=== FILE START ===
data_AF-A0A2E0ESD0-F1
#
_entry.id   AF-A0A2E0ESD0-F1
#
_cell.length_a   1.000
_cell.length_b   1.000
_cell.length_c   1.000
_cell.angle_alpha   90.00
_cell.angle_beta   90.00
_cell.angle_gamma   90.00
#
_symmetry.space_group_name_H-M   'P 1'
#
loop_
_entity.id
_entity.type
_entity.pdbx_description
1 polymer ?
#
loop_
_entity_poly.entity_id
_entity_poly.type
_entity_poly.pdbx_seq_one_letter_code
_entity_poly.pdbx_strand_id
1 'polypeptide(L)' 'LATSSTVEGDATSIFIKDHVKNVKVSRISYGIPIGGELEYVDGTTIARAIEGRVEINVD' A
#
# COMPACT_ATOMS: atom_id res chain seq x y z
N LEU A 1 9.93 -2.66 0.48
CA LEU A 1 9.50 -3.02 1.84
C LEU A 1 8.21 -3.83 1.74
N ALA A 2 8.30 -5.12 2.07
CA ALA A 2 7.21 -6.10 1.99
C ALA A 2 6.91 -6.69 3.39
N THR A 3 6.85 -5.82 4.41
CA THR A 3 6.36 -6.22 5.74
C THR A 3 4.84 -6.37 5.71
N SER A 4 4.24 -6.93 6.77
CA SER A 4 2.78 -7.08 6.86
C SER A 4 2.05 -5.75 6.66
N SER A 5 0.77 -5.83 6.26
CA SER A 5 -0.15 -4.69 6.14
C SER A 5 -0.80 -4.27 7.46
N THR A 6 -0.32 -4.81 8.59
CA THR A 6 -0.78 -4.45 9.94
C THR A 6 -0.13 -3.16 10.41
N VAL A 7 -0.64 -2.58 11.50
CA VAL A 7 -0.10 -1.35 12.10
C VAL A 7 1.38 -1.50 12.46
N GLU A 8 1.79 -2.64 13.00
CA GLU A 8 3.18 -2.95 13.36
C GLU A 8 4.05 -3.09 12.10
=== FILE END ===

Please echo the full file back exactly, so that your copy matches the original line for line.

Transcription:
data_AF-A0A2E0ESD0-F1
#
_entry.id   AF-A0A2E0ESD0-F1
#
_cell.length_a   1.000
_cell.length_b   1.000
_cell.length_c   1.000
_cell.angle_alpha   90.00
_cell.angle_beta   90.00
_cell.angle_gamma   90.00
#
_symmetry.space_group_name_H-M   'P 1'
#
loop_
_entity.id
_entity.type
_entity.pdbx_description
1 polymer ?
#
loop_
_entity_poly.entity_id
_entity_poly.type
_entity_poly.pdbx_seq_one_letter_code
_entity_poly.pdbx_strand_id
1 'polypeptide(L)' 'LATSSTVEGDATSIFIKDHVKNVKVSRISYGIPIGGELEYVDGTTIARAIEGRVEINVD' A
#
# COMPACT_ATOMS: atom_id res chain seq x y z
N LEU A 1 9.93 -2.66 0.48
CA LEU A 1 9.50 -3.02 1.84
C LEU A 1 8.21 -3.83 1.74
N ALA A 2 8.30 -5.12 2.07
CA ALA A 2 7.21 -6.10 1.99
C ALA A 2 6.91 -6.69 3.39
N THR A 3 6.85 -5.82 4.41
CA THR A 3 6.36 -6.22 5.74
C THR A 3 4.84 -6.37 5.71
N SER A 4 4.24 -6.93 6.77
CA SER A 4 2.78 -7.08 6.86
C SER A 4 2.05 -5.75 6.66
N SER A 5 0.77 -5.83 6.26
CA SER A 5 -0.15 -4.69 6.14
C SER A 5 -0.80 -4.27 7.46
N THR A 6 -0.32 -4.81 8.59
CA THR A 6 -0.78 -4.45 9.94
C THR A 6 -0.13 -3.16 10.41
N VAL A 7 -0.64 -2.58 11.50
CA VAL A 7 -0.10 -1.35 12.10
C VAL A 7 1.38 -1.50 12.46
N GLU A 8 1.79 -2.64 13.00
CA GLU A 8 3.18 -2.95 13.36
C GLU A 8 4.05 -3.09 12.10